Mastering safe loading and unloading of MEWPs: IPAF’s guide

In February 2024, IPAF released a new 8-page guide on the loading and unloading of MEWPs on public roads. Following is a summary of this guide and the key points to keep in mind.

When a MEWP (Mobile Elevating Work Platform) is delivered or collected from a site, loading and unloading on the public roads should be avoided whenever possible. The goal is to minimize risk to employees and members of the public by having delivery vehicles park away from public roads and pavement.

The guide,Safe Loading and Unloading of MEWPs on Public Highways’ provided by IPAF, identifies measures to be implemented by rental companies, their clients, subcontractors, and transport companies to reduce risks if it becomes necessary to load or unload MEWPs on public roads.

1. Anticipating risks

On some construction sites, depending on their configuration, access, and location, it is sometimes unavoidable to load and unload machines on the public roads. In these limited cases, depending on your location and the type of equipment, local regulations apply: traffic rules, highway codes, machine configuration, etc. Always take local regulations into account. Here are some actions to minimize risks:

  • Conduct a preliminary risk assessment related to these maneuvers considering the site’s constraints.
  • Schedule deliveries outside of peak hours, rush periods, school entry and exit times.
  • Determine in advance the area where the delivery vehicle will park on the road, considering the site entrance and nearby traffic lanes (road, pedestrian, and urban transportation). The designated area should be of sufficient size, well-lit, and located on firm, flat ground.
  • Mark out the parking area with traffic cones and allow for a longer distance behind the truck to allow the machine to be completely unloaded, or to perform positioning maneuvers for loading. If you cannot avoid busy lanes and peak times, traffic cones are invaluable, enabling you to load and unload in the best possible conditions.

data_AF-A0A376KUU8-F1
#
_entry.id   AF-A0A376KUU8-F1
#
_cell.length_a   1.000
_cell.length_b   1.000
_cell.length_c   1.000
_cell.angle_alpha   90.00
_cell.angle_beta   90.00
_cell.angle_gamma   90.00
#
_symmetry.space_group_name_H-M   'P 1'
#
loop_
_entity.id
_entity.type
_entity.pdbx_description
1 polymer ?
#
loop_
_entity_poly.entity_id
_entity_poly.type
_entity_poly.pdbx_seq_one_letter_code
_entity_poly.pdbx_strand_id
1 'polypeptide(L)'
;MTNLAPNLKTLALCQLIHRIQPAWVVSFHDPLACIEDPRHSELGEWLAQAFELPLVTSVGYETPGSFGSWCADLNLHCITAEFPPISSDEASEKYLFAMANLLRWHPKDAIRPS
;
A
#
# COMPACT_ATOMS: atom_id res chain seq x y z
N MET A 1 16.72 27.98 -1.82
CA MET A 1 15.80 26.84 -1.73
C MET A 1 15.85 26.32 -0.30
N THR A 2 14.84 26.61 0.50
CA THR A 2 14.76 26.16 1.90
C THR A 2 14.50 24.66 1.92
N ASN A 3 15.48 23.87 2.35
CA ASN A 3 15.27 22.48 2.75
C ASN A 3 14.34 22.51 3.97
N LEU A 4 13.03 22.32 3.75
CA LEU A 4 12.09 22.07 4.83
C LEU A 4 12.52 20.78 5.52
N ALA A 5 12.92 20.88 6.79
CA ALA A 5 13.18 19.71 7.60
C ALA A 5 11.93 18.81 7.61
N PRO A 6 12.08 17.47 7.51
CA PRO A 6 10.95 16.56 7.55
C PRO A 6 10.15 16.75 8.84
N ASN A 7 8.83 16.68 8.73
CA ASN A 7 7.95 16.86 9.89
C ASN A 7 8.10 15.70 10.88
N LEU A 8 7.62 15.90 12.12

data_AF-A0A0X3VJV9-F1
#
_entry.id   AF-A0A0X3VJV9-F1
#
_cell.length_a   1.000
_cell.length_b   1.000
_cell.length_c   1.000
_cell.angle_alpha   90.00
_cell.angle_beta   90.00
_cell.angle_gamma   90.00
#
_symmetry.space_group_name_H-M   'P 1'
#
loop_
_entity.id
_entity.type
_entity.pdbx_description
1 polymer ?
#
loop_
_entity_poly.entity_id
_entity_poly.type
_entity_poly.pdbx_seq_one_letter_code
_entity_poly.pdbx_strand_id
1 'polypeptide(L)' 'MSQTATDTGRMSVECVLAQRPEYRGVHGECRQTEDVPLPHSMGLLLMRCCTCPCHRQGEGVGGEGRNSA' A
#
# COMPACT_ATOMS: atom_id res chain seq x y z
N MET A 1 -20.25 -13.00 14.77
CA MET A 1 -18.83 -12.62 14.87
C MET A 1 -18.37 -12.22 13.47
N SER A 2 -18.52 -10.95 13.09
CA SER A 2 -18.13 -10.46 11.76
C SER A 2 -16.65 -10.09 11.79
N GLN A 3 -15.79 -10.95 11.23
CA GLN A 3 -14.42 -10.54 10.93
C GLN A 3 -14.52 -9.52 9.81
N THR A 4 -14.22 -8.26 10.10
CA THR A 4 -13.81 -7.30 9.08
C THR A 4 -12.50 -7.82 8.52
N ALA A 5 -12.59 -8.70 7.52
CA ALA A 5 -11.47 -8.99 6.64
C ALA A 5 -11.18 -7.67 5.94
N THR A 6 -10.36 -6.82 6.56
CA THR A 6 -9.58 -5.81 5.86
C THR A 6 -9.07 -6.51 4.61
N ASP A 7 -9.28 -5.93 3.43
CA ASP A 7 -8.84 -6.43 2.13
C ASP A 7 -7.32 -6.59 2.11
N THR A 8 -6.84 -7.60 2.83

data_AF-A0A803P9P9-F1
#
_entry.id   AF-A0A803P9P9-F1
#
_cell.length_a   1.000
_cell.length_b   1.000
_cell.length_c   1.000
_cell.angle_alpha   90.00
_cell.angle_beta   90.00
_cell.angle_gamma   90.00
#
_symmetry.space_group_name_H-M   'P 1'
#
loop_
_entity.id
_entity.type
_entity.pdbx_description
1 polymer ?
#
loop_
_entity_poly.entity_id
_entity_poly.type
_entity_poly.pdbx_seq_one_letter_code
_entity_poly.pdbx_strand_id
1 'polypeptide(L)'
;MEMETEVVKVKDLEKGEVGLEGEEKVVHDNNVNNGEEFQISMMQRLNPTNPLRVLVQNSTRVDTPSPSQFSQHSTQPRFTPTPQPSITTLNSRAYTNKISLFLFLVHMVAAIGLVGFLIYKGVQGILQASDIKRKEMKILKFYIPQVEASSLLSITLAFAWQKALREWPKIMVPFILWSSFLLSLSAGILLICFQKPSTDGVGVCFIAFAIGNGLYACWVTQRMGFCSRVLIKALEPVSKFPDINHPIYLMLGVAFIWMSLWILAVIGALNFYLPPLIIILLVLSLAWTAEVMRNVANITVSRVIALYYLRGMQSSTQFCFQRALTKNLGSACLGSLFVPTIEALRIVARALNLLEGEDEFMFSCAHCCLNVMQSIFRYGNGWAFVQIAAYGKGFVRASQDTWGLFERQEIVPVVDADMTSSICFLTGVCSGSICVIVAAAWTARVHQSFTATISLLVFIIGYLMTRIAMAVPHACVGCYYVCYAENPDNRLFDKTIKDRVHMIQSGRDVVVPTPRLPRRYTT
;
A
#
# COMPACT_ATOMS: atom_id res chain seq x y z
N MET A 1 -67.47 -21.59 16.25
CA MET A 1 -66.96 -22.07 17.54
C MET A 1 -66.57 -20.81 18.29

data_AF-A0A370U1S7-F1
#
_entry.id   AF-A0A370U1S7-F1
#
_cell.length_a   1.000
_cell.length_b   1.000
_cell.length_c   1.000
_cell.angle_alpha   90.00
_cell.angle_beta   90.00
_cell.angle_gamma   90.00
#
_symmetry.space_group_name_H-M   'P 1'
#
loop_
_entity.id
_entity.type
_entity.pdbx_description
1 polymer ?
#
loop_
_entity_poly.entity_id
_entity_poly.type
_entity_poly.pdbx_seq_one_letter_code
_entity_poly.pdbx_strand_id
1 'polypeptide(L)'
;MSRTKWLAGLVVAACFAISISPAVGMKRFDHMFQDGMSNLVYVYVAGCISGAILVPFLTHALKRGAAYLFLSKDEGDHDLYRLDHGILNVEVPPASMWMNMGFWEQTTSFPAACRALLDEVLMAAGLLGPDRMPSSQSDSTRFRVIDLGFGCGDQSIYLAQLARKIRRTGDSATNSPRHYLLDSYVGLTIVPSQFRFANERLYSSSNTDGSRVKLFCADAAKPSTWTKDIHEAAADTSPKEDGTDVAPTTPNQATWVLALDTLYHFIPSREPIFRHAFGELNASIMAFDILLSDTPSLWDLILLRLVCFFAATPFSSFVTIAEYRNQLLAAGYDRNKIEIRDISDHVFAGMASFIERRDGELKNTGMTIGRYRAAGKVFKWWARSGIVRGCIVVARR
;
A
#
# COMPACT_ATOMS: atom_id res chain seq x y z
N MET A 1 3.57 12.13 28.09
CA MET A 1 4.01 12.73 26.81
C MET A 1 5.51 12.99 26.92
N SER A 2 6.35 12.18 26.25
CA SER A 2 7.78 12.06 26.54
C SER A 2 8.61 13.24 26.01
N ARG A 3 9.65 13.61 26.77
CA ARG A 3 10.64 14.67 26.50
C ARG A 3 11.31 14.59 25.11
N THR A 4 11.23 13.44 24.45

• Beforehand, check the certifications of the personnel who will be loading or unloading the machines, as specific training and/or permits may be required (depending on your location).

2. Choosing suitable delivery vehicles

The choice of vehicle depends on its ability to safely transport specific units, as well as to successfully access and exit the site. For example, the transported machine(s) may require a full-width ramp instead of separate or mobile ramps, a winch (consider the loading/unloading sequence to ensure that the winch is accessible to machines requiring its use), a ramp slope, low-profile ramps for low ground clearance machines, sufficient anchoring chains/straps, signalling beacons (especially when rear lights are obscured).

To ensure you get the best vehicle for your MEWP, give your provider the machine’s technical information, usually specified on the product sheet or technical documentation. Provide the overall size or transport position, weight, and a photo or technical drawing of the machine’s transport position. This information may allow multiple machines to be safely transported simultaneously on a single vehicle.

3. Performing a dynamic risk assessment before operating

Upon arrival and before starting any loading/unloading activity, the driver must visually assess the designated area to identify any hazards that may pose significant risks during the loading/unloading operation. Here is a nonexclusive list of items to check during this evaluation phase:

  • Other traffic
  • Pedestrians
  • Speed of traffic and highway speed restrictions
  • Road layout – junctions, traffic signals, bends, crests of hills
  • Road camber – uneven or sloping ground
  • Visibility restrictions such as trees and bushes, parked vehicles
  • Ground conditions such as: Inspection covers, drains and services
  • Railway crossings, tramways, bus, cycle routes or pedestrian routes
  • Overhead power lines or obstructions
  • Any commercial premises (to consider access and egress) or other businesses nearby
  • Street or site lighting and natural light levels
  • Weather and site/road surface conditions
  • Delivery time restrictions and peak periods, e.g., commuter rush hour, school pick-up/drop-offs

Find all advice in the comprehensive guide provided by IPAF and available in 11 languages/versions :

As a manufacturer of aerial work platforms, Haulotte has developed the Haulotte Activ’Lighting System, which optimizes visibility during loading and unloading operations at night or in low light conditions. The system incorporates strategically placed LEDs that illuminate the ground around the machine as well as several parts of the boom: upper and lower control boxes, wheel lighting, and behind the counterweight. Ideally positioned around the machine, these lighting points ensure better visibility for the operator and make them more visible to the environment.

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